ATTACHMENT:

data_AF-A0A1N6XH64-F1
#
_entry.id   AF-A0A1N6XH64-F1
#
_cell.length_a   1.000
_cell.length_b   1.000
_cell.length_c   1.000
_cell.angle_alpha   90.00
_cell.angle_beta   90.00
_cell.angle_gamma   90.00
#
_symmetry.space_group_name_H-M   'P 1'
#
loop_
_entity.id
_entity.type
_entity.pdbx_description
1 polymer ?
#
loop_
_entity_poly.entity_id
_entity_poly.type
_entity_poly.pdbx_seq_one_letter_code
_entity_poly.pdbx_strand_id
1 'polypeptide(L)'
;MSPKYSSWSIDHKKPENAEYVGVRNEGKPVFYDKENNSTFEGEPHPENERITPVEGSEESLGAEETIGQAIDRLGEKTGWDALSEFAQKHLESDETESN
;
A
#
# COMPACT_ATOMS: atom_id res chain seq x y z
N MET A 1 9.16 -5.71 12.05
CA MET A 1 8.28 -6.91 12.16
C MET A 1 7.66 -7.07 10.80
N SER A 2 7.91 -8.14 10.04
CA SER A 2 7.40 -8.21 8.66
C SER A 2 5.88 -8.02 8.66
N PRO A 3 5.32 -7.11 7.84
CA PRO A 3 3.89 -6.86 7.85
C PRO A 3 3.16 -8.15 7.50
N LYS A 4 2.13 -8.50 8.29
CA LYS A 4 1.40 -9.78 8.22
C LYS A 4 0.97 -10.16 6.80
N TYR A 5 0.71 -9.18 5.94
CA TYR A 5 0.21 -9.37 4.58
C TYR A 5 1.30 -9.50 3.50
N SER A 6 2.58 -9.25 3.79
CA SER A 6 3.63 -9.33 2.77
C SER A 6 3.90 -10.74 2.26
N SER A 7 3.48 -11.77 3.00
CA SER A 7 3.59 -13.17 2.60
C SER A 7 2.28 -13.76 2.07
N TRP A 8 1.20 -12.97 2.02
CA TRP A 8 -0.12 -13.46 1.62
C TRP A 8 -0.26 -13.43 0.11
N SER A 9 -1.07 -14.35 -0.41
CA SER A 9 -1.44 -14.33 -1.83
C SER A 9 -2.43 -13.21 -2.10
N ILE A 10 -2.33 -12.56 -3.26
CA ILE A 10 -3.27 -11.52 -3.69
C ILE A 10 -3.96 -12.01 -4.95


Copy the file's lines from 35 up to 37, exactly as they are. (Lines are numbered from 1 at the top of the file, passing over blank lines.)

CA SER A 2 7.40 -8.21 8.66
C SER A 2 5.88 -8.02 8.66
N PRO A 3 5.32 -7.11 7.84